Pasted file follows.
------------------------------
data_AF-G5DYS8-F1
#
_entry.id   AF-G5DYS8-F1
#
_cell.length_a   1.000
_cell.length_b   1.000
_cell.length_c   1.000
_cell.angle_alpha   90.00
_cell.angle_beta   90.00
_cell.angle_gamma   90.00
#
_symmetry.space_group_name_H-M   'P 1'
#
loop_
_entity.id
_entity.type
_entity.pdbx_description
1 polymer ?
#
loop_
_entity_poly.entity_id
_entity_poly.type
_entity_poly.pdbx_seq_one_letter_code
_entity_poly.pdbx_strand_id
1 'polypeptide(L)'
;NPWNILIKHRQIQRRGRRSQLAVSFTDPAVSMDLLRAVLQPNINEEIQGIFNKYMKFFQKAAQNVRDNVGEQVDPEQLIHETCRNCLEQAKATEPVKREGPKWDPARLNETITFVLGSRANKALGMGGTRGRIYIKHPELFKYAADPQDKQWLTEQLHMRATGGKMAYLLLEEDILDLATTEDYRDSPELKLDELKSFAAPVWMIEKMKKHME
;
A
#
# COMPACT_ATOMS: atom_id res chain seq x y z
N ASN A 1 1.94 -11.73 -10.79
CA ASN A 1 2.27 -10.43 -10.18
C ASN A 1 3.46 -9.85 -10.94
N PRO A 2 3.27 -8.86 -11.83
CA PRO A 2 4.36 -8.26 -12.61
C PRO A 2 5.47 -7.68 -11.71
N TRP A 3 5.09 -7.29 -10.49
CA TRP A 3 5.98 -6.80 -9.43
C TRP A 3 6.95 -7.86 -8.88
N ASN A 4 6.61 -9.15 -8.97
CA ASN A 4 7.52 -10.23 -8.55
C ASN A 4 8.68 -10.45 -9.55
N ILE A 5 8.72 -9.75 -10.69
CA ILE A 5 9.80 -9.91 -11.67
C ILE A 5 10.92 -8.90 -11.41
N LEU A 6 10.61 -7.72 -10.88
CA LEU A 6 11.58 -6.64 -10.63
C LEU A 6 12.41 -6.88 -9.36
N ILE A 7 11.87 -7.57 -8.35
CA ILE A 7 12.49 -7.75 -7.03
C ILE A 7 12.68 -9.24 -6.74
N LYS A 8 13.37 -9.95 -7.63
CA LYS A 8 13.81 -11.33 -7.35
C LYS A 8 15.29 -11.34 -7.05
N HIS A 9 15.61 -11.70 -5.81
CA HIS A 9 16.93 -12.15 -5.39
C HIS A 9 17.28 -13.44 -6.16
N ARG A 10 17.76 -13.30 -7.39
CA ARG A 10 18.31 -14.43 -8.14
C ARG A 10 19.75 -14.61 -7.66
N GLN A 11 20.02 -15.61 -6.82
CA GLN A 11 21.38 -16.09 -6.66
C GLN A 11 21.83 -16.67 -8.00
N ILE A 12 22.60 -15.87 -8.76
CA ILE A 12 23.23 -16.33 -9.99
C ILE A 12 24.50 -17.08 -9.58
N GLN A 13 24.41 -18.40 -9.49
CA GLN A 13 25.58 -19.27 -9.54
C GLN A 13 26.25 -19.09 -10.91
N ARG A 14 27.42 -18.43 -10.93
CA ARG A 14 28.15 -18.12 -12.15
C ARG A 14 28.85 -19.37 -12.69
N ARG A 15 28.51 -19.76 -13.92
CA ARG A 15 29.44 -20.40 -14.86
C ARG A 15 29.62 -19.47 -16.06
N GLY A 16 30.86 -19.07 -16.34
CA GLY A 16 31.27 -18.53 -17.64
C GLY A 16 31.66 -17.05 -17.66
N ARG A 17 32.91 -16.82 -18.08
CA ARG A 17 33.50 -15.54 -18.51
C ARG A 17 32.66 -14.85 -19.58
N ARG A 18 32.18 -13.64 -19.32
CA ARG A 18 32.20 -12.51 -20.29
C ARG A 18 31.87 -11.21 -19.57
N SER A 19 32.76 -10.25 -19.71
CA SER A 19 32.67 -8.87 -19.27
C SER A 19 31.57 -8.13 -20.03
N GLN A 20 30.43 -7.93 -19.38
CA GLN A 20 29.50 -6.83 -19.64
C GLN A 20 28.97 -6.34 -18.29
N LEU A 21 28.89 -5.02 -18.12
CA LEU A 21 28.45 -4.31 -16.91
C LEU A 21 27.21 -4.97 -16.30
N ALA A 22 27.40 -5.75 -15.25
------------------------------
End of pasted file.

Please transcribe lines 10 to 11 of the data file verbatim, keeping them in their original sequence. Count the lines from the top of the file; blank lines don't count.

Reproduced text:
_cell.angle_gamma   90.00
#